The FCA has published the results of its latest review of the Defined Benefit Pension transfer market. The FCA has called the results of its findings “concerning and disappointing” in particular owing to a large amount of DB transfer recommendations still being made.
The FCA considers that advisors should start from the basis that a recommendation to transfer from a DB scheme will in a majority of cases not be the most suitable recommendation. The FCAs findings from this review, however, have found that in a majority of cases reviewed the advice provided was not to an acceptable standard.
Their review identified the following key points:
The FCA has started contacting firms and has already begun visiting the most active firms in the DB market. As such if you conduct DB transfers you may be contacted over the next year by the FCA as part of the next phase of their work. As such you must ensure that you and your firm are ready for this. You can do this by:
The long term ambition here is for pension transfer advice to meet the same standards of advice as the wider financial advice market where 90% of all advice provided was considered suitable.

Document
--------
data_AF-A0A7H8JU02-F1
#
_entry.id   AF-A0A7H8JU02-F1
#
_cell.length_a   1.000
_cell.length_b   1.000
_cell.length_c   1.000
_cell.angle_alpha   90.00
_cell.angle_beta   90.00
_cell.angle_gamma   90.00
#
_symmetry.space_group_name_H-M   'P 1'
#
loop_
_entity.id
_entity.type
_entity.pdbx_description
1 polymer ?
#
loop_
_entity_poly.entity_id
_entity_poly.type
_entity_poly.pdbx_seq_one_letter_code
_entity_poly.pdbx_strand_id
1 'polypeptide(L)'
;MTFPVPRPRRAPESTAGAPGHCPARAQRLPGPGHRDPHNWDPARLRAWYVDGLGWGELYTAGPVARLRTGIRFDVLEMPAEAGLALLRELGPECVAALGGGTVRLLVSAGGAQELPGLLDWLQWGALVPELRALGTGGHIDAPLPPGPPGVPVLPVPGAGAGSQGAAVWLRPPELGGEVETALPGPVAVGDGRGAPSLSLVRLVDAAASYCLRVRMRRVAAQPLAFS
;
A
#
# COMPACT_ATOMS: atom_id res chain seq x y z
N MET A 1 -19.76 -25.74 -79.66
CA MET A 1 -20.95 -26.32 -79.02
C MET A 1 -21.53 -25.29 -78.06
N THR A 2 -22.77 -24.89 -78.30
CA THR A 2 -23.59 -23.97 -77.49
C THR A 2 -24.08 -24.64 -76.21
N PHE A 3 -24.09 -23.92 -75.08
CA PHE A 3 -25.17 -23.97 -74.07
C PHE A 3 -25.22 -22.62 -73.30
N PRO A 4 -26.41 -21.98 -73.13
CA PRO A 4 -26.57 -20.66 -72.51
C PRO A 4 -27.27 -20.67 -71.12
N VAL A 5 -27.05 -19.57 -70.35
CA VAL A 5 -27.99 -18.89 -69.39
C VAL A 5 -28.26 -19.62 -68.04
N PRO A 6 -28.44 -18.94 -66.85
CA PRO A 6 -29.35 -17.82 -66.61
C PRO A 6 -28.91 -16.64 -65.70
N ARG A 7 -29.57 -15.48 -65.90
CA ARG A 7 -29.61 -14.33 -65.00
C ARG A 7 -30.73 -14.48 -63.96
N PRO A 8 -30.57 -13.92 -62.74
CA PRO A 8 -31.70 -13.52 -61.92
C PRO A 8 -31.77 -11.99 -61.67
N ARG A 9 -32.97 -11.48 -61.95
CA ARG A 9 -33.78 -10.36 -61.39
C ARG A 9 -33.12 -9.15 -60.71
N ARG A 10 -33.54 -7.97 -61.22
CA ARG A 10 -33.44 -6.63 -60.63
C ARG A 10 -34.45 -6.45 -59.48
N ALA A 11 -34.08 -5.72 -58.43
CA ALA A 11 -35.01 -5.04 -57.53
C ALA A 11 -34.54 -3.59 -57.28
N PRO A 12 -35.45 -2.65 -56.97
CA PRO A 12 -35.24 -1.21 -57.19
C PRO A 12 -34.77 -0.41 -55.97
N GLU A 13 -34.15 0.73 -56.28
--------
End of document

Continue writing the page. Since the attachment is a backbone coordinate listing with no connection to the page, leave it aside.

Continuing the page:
As in a majority of cases, advisers should not be recommending a transfer from a DB scheme, you must make sure that you have the tools in place to identify:
You may already be doing this as part of your PI renewal. You should also be recording any action which you have taken following a review of this information. For example, if you identify that a particular adviser is predominantly recommending that clients complete a DB transfer.
We expect that over the next year greater emphasis will be placed on effective triage processes. As such if you have not already done so, you should start looking at implementing one. A triage process aims to give a prospective client sufficient information, to help them decide whether or not to take advice on the transfer or conversion of their pension any further. Based upon the data gathered for this review, where a triage process has been implemented correctly there has been a reduction in the number of DB transfer recommendations. For firms, this means that there is less chance that the advice provided can be considered incorrect. If you are using a triage process, just remember, that you still need to record the number of DB transfer enquires resolved by triage in your DB transfer information returns.
It’s no great surprise to see this kind of release from the FCA, following the activity since pension freedoms, and we expect this to only be the start…
For more information on DB transfers, the risks involved and best practice can be found in our “DB transfer a best practice guide” which can be found here.